During a marathon garden cleanup over several of the few sunny days we’ve experienced in November, I’ve managed to get two beds more or less cleaned up, and about 90 percent of the bulbs are now tucked in the ground too. Of course, at the time I thought I had them all in…but then Blomidon Nurseries put their bulbs on sale, and I was in there looking for something else, and some more species tulips, crocus and alliums looked pleadingly at me…whatever could I do?
And even though a lot of the real showy tulips can only be treated as annuals in our climate, I have planted a lot again this year. Some of them are Triumph and Darwin tulips, which do come back for a few years; others, I simply must have because they are good for my gardening soul. Apricot Parrot is one of them. I was hooked instantly on this tulip when I saw it grown in a pot at Ouestville Perennials
in the spring of 2005; I’ve planted a dozen together with Spring Green tulips, which are a refreshing white and green combination. This will give me something very nice to anticipate for next spring.
I’m a bit late in putting entries on bloomingwriter because I was away working last week; spent a couple of days in New Brunswick, including a wonderful stay at the Inn on the Cove & Spa.
If I could swing it, I’d go there overnight at least once a month because this is most decidedly an escape from the ordinary and hectic demands of life. Located, as its name suggests, right on a quiet cove in Saint John, it’s the ideal stress reliever. From the kingsized bed and Jacuzzi tub in my room—with its own patio looking out on the Bay—to the marvelous meals prepared by Ross Mavis, the owner and chef, to the utter decadence of a treatment at the spa, it was an exercise in pure relaxation and restoration. I left feeling most decidedly like a better person—or at least, a person who was feeling much better! And yes, even in November, it’s a gorgeous spot. I took a stroll on the stony beach and picked up a couple of lower Bay of Fundy pebbles for the garden here, and at night, turned off the heat in my room and opened the window so I could listen to the most beautiful music in the world—the sound of waves tumbling in to shore.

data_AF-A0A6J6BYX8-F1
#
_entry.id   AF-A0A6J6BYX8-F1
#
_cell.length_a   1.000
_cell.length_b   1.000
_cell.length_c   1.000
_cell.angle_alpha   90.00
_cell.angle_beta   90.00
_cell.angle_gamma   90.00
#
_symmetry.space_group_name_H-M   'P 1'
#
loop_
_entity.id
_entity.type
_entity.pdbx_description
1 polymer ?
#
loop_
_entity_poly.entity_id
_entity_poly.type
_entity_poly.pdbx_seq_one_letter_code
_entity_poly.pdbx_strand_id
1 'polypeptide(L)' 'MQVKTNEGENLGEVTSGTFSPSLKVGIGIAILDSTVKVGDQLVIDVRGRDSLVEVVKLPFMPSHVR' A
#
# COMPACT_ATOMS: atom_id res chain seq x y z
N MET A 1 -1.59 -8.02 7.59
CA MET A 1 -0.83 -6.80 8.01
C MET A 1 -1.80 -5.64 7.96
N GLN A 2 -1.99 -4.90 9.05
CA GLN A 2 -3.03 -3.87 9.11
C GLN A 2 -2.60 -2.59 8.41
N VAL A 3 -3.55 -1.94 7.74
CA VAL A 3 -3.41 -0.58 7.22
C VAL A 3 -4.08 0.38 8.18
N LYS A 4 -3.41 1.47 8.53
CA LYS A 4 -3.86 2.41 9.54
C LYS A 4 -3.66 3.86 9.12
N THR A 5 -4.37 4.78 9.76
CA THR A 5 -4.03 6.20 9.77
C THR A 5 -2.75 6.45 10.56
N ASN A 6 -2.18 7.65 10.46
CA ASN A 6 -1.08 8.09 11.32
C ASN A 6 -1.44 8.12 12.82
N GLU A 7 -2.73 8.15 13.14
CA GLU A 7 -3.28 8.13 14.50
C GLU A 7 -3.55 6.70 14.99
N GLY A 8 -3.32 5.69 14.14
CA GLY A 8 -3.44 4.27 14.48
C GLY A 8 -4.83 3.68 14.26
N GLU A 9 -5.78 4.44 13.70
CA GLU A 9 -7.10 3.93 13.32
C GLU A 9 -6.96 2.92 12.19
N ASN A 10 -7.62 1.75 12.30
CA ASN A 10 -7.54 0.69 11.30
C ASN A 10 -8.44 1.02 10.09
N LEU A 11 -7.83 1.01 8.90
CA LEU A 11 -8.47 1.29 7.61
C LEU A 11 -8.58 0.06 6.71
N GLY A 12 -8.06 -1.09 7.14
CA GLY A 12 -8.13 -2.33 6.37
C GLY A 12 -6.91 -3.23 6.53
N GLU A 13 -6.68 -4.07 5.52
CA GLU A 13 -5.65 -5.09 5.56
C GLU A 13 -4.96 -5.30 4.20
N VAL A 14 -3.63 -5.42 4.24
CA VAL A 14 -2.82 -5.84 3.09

Back to reality and my own yard, however, is always pleasant. We’ve finally had a couple of hard frosts but despite that, some annuals close to the house keep right on growing—and even flowering, in the case of one enthusiastic snapdragon. One of the pot cyclamen is blooming out under the spruce trees, an amazing splash of fuchsia among the deep rich greens of hellebores, wild ginger, and slowly winding-down ferns. But the plant that has most caught my love this fall (other than the heathers, about which I’ll say more later) is this wonderful euphorbia that I planted last spring. I’ve extolled its virtues before, but as the autumn stretches towards solstice and it still is gorgeous, I grow to love it even more.
Unfortuntately, I still don’t know which one it is—as it’s suffering from LOLA syndrome—Lost Label. I do know that I got it at Spencer’s Nursery in Shelburne, so perhaps some kind soul will set me straight on its species and cultivar. Whatever it is, it’s a winner in my books.